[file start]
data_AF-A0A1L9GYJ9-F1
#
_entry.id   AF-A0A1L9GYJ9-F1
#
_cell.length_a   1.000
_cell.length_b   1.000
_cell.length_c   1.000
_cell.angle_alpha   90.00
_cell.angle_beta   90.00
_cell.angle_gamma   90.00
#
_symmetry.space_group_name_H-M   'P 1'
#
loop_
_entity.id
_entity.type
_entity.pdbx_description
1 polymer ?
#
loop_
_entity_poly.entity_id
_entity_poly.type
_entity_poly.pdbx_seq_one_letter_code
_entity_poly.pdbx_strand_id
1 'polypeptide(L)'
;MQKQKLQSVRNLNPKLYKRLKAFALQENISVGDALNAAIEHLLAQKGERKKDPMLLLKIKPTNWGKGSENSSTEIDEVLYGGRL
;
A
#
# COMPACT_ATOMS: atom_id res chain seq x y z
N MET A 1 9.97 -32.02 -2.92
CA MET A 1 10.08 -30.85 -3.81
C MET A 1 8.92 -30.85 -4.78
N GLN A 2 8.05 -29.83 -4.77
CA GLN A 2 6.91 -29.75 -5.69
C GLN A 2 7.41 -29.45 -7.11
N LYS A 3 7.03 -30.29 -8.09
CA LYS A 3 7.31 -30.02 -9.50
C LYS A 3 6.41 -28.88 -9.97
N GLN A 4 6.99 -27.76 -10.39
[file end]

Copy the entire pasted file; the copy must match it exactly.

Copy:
data_AF-A0A1L9GYJ9-F1
#
_entry.id   AF-A0A1L9GYJ9-F1
#
_cell.length_a   1.000
_cell.length_b   1.000
_cell.length_c   1.000
_cell.angle_alpha   90.00
_cell.angle_beta   90.00
_cell.angle_gamma   90.00
#
_symmetry.space_group_name_H-M   'P 1'
#
loop_
_entity.id
_entity.type
_entity.pdbx_description
1 polymer ?
#
loop_
_entity_poly.entity_id
_entity_poly.type
_entity_poly.pdbx_seq_one_letter_code
_entity_poly.pdbx_strand_id
1 'polypeptide(L)'
;MQKQKLQSVRNLNPKLYKRLKAFALQENISVGDALNAAIEHLLAQKGERKKDPMLLLKIKPTNWGKGSENSSTEIDEVLYGGRL
;
A
#
# COMPACT_ATOMS: atom_id res chain seq x y z
N MET A 1 9.97 -32.02 -2.92
CA MET A 1 10.08 -30.85 -3.81
C MET A 1 8.92 -30.85 -4.78
N GLN A 2 8.05 -29.83 -4.77
CA GLN A 2 6.91 -29.75 -5.69
C GLN A 2 7.41 -29.45 -7.11
N LYS A 3 7.03 -30.29 -8.09
CA LYS A 3 7.31 -30.02 -9.50
C LYS A 3 6.41 -28.88 -9.97
N GLN A 4 6.99 -27.76 -10.39